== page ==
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Discussion Starter · #1 ·
Hey Gang,

How does that price sound? The shop I go too seems very honest so I have no reason to doubt the price or their intentions. Just wanted to bounce it off you guys.
Also, on a scale of 1-10, how would you rate the difficulty of replacing the water pump yourself?

Thanks all.
 

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516 Posts
run away....You can do that pump in two hours.. 5 tops....... take your time, follow advice already on the BB, get to know your engine compartment, a great feeling afterwards and spend the other 400 dollars on.... other cool stuff for the car....
mi dos centavos...
 

· 1966-2013
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13,740 Posts
Find a local Alfisti and get help getting it done as they talk you through it for the price of the part + mabe a 6 pack or pot of coffee and some conversation.

$525 is WAY outside a fair price range.
 

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The pump is about $100. Don't know what the book says, but it couldn't possibly take a pro more than 2 hours. I'm slow as molasses in winter and I did mine (not really knowing what I was doing) in 2 or 3. Figure $100/hour = $525 seems too high. Are they doing anything else? Ask them to break out the costs for you.

For a "fair" price you should be paying parts + maybe a small markup and time "by the book" at around $100/hr depending on the location, mechanics experience, etc. If you're paying less you're getting a deal, significantly more and you're getting screwed. Don't nickel-and-dime them on either parts or labor - I'd rather pay a specialist $120 per than some guy at the gas station $80 per - but they should be able to tell you what they're charging you for and why. Look the parts up at Centerline or IAP or Vick's or wherever. If they're charging you 10% more or so, then whatever. If they're charging you like twice on parts, tell them you'll supply the parts. If they're reasonable on the labor and within 10 or 20% on the price of parts though I like to just let them order the parts.

Or do it yourself. I'm talking about what I always do when I take a vehicle to a shop but out of 5 vehicles I've had a total of 5 shop visits in the last 5 years or so......

Anyone know how much time "the book" says this job should take?
 

· 1966-2013
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13,740 Posts
Oh, and AFA difficulty level, I don't like the 1~10 scale onnaconna my 1 might be someone elses 8 or vice~versa :shrug:

You ever change the head gasket on a Briggs and Stratton 3 or 5hp lawnmower engine without taking the engine off the mower chassis?
It's somewhere in that range of technical expertise requirement.
Straight forward, not a lot of tools, with just a little snag here or there and some crap in the way to move first.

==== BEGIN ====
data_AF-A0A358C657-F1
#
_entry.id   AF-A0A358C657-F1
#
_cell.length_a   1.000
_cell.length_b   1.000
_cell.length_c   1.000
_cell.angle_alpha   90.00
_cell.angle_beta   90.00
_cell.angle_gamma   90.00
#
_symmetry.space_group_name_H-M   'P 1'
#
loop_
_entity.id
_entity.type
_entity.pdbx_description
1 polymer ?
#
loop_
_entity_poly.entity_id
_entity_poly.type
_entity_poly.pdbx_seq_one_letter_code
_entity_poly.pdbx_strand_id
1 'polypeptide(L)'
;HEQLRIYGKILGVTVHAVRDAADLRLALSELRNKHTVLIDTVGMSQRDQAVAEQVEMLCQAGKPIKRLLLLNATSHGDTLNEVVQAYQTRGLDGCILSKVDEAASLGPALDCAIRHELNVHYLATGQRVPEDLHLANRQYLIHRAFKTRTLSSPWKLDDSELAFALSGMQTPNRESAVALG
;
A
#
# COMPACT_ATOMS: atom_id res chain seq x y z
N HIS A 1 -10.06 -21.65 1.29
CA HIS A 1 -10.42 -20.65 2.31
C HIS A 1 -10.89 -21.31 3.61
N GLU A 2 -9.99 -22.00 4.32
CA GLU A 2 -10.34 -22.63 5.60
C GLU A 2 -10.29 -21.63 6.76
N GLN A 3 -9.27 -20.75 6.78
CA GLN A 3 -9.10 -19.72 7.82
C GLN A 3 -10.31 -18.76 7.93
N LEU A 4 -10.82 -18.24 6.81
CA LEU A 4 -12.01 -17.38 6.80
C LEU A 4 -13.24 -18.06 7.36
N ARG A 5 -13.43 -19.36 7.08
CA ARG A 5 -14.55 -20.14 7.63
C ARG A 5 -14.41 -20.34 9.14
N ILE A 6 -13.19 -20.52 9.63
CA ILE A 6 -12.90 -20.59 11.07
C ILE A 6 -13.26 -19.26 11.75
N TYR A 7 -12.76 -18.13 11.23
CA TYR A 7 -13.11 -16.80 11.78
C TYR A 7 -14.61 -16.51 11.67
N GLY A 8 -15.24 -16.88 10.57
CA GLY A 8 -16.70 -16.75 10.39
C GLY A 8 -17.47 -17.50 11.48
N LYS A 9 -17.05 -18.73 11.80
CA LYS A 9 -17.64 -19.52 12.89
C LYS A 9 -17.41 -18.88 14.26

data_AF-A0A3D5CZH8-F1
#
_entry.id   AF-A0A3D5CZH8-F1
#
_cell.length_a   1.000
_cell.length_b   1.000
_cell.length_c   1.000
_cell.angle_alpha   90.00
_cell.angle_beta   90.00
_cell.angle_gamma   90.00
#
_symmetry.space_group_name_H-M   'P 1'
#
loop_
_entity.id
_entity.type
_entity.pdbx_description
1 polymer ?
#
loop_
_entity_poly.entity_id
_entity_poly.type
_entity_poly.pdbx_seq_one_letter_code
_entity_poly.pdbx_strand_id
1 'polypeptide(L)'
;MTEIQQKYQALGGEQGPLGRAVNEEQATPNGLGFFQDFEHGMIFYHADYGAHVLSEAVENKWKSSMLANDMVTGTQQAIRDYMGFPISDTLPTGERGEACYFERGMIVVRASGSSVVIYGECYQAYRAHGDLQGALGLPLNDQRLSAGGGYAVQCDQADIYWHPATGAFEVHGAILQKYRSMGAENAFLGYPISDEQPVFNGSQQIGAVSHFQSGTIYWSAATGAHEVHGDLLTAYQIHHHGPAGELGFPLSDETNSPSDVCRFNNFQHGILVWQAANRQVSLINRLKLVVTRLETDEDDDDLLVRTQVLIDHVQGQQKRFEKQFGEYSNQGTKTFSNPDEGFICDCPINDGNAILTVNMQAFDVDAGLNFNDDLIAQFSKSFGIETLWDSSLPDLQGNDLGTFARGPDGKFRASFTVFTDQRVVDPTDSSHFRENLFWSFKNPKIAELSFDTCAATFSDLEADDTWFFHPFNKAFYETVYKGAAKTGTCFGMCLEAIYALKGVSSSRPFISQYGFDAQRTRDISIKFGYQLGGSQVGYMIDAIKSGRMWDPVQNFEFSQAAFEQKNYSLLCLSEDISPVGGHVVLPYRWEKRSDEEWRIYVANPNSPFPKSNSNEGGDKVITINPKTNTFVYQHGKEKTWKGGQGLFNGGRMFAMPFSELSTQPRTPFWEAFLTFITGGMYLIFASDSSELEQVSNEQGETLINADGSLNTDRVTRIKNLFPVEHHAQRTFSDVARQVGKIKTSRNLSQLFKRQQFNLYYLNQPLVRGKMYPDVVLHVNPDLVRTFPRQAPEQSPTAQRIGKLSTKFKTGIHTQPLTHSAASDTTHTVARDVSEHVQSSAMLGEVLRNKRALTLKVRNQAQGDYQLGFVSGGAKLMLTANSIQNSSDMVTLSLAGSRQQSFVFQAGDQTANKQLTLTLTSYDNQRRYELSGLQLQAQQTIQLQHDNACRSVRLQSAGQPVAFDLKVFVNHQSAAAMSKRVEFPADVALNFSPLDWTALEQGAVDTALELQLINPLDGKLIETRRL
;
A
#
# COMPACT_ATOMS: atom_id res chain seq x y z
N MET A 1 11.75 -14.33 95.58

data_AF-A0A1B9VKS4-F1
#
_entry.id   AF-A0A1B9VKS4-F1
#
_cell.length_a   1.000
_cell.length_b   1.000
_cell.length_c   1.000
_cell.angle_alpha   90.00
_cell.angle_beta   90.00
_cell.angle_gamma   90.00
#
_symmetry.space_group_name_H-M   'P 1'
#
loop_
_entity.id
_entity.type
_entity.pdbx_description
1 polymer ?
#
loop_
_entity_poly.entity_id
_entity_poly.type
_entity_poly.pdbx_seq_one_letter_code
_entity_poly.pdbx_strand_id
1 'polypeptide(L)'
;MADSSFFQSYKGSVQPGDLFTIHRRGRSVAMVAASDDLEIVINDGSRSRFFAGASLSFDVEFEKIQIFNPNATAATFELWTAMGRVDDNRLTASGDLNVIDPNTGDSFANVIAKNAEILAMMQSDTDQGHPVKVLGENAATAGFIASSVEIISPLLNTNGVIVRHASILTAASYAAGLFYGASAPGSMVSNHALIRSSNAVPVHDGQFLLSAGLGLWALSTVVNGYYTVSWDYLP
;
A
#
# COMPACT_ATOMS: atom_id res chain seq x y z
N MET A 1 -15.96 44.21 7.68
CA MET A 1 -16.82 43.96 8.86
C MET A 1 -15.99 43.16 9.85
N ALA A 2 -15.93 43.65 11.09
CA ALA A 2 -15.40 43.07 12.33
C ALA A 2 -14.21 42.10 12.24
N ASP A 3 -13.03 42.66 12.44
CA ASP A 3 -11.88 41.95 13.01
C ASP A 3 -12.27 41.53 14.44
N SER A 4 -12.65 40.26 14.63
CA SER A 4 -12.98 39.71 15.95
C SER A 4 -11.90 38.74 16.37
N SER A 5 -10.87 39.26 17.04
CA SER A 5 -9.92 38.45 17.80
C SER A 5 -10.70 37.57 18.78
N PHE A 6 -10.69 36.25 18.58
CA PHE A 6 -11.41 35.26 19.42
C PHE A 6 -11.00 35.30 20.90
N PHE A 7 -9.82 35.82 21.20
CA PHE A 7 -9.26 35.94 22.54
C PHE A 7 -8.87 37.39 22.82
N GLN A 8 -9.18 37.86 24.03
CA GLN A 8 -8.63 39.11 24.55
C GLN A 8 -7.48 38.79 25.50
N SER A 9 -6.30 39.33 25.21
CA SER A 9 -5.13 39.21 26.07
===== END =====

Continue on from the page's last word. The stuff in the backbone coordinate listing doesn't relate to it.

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I would say its on the upper end of cost estimates but not as far out of line as others might imagine. The pump costs ~ $100. Shop labor rates can be from $60-$100/hr. To R/R the water pump requires removal of the radiator so add a couple of radiator hoses, some fresh coolant & a new fan belt to the parts bill. To get the pump off one either has to remove a couple of studs behind the crank pulley (can be quick & easy or a real PITA - no way of knowing ahead of time) -or- remove the crank pulley - again sometimes it is easy, sometimes it aint.

If I were estimating the job I'd plan more than 2 hours and then hope for the best. So, lets say ~$150 in parts & ~4 hours X $75 in labor and we're getting close to the estimate you were given.
 

· 1966-2013
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13,740 Posts
Eeeww..... screw that!
Or rather don't. Just go the stud removal route instead :)

Besides, you can't bleed proper like to ensure a successful repair if you don't grouse your knuckles on radiator fins.
I mean there's little else to create an acceptable blood sacrifice with in the process unless mabe you crush a finger under a drive belt or stab yourself in the palm with an open ended wrench.
Otherwise you'd just be looking for an excuse to make yourself bleed and as we all know, that doesn't count unless its a chicken or a kitten.
 

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318 Posts
It does?.....

It does. Because you have to remove the crank pulley to remove ONE BOLT, if I remember from doing it 20 years ago. It's behind the pulley and can't be pulled out otherwise.

Pulling the radiator takes no time at all. While it's off, if your plastic fan is old and yellow, change that as well.
 

· But Mad North-Northwest
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Man. Not sure where you guys live, but around here if I got out of the shop for $500 for everything involved in a Spider water pump replacement by a guy who I trusted to do the job properly I'd be pretty happy.
 

· 1966-2013
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13,740 Posts
$89.50 for the part, say $15 shipping for a total of $104.50
$104.50 - $525 = $420.50
$420.50 / 3.25 hours = $129.38 dollars an hour
Take off $20~$25 for coolant disposal and replacement and you're still looking at over $120 an hour.

Did you ask if that $525 was if they supplied the part at thier price (and what was that price?) and if you'd get some knocked off the overall if you supplied the part yourself? (or are they one of those places that will use no parts except the parts they supply?)

@ Steve Ray:
The pump definitely can be removed w/o removing the crank pulley or radiator. You double nut and remove the offending stud.
Lots a threads in this very forum discussing and describing the technique along with a couple showing photos of same and exactly how I did mine about 3 years ago.
 
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